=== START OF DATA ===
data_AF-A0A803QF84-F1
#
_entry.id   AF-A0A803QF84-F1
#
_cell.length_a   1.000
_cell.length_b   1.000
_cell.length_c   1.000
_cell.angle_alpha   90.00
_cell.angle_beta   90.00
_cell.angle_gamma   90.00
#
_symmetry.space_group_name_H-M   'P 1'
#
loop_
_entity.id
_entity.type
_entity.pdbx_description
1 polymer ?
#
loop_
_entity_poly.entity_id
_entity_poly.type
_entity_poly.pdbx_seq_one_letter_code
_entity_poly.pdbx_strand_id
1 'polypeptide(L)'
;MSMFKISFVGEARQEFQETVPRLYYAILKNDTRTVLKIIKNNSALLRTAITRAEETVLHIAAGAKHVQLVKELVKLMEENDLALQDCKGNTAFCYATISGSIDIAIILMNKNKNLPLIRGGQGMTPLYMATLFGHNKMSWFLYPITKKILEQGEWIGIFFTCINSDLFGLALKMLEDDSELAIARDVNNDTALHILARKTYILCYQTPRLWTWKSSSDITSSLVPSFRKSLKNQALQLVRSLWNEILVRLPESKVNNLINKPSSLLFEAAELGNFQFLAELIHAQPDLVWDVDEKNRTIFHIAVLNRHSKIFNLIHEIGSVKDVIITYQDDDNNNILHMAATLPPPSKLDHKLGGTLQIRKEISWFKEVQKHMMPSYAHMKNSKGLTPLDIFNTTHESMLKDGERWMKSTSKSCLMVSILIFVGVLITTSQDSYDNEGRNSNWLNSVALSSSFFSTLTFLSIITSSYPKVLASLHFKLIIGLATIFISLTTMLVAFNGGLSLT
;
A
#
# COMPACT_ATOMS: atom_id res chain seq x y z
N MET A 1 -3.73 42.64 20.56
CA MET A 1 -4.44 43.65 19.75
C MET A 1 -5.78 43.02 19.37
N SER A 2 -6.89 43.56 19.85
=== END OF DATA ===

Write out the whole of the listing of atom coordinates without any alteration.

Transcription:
data_AF-A0A803QF84-F1
#
_entry.id   AF-A0A803QF84-F1
#
_cell.length_a   1.000
_cell.length_b   1.000
_cell.length_c   1.000
_cell.angle_alpha   90.00
_cell.angle_beta   90.00
_cell.angle_gamma   90.00
#
_symmetry.space_group_name_H-M   'P 1'
#
loop_
_entity.id
_entity.type
_entity.pdbx_description
1 polymer ?
#
loop_
_entity_poly.entity_id
_entity_poly.type
_entity_poly.pdbx_seq_one_letter_code
_entity_poly.pdbx_strand_id
1 'polypeptide(L)'
;MSMFKISFVGEARQEFQETVPRLYYAILKNDTRTVLKIIKNNSALLRTAITRAEETVLHIAAGAKHVQLVKELVKLMEENDLALQDCKGNTAFCYATISGSIDIAIILMNKNKNLPLIRGGQGMTPLYMATLFGHNKMSWFLYPITKKILEQGEWIGIFFTCINSDLFGLALKMLEDDSELAIARDVNNDTALHILARKTYILCYQTPRLWTWKSSSDITSSLVPSFRKSLKNQALQLVRSLWNEILVRLPESKVNNLINKPSSLLFEAAELGNFQFLAELIHAQPDLVWDVDEKNRTIFHIAVLNRHSKIFNLIHEIGSVKDVIITYQDDDNNNILHMAATLPPPSKLDHKLGGTLQIRKEISWFKEVQKHMMPSYAHMKNSKGLTPLDIFNTTHESMLKDGERWMKSTSKSCLMVSILIFVGVLITTSQDSYDNEGRNSNWLNSVALSSSFFSTLTFLSIITSSYPKVLASLHFKLIIGLATIFISLTTMLVAFNGGLSLT
;
A
#
# COMPACT_ATOMS: atom_id res chain seq x y z
N MET A 1 -3.73 42.64 20.56
CA MET A 1 -4.44 43.65 19.75
C MET A 1 -5.78 43.02 19.37
N SER A 2 -6.89 43.56 19.85